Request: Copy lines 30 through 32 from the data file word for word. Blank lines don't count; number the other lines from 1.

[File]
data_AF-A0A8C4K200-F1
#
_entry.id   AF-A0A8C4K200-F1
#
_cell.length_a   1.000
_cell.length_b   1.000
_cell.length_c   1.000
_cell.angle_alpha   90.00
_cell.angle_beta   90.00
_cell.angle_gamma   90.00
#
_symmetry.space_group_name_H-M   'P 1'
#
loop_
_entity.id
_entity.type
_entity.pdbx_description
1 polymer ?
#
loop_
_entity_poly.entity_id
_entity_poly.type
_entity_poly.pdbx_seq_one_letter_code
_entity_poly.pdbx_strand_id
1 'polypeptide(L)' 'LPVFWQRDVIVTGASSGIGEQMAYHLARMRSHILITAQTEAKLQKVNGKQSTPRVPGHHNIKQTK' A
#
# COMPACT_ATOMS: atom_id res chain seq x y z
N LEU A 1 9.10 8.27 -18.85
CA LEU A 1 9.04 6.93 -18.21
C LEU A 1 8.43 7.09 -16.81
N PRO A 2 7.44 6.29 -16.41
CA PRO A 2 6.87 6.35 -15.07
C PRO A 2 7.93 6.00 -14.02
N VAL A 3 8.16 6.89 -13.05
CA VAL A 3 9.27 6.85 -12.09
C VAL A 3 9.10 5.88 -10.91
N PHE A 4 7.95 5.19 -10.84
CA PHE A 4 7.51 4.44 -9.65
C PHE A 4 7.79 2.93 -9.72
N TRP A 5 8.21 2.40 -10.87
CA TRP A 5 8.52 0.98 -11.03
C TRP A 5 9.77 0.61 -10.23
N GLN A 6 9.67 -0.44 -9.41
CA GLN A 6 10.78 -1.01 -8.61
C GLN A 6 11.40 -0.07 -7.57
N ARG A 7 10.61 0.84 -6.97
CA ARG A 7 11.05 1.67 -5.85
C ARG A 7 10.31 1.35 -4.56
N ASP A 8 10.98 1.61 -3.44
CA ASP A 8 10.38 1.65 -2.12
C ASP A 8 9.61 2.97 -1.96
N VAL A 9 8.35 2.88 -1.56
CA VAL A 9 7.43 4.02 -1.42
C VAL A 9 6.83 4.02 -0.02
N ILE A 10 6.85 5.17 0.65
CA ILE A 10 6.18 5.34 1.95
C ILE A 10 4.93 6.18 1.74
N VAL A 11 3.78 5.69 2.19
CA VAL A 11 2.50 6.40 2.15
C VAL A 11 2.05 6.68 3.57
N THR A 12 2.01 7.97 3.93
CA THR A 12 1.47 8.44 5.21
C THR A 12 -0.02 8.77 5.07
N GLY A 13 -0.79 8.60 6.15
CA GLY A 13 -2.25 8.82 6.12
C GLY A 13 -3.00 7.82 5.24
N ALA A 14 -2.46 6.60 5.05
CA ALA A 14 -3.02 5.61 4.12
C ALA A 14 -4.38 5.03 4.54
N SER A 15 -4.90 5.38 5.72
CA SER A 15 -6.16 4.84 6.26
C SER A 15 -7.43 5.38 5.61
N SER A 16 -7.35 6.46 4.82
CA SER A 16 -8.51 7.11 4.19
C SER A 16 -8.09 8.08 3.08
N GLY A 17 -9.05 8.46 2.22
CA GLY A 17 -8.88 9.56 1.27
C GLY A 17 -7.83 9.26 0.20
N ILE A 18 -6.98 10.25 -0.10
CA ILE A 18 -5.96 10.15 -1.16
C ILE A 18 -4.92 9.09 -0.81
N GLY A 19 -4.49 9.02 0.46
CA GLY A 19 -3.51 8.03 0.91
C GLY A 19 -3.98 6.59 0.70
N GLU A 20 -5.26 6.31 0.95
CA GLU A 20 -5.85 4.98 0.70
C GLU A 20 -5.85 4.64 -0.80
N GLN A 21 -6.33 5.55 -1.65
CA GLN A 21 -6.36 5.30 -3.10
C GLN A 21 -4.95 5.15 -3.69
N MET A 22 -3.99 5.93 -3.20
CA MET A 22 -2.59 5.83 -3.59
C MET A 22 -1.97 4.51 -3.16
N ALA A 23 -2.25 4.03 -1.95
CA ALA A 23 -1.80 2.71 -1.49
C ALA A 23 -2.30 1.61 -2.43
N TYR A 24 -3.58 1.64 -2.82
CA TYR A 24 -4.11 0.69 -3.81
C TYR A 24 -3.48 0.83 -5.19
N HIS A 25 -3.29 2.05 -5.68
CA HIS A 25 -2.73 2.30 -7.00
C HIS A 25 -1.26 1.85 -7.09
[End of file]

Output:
C LEU A 1 8.43 7.09 -16.81
N PRO A 2 7.44 6.29 -16.41
CA PRO A 2 6.87 6.35 -15.07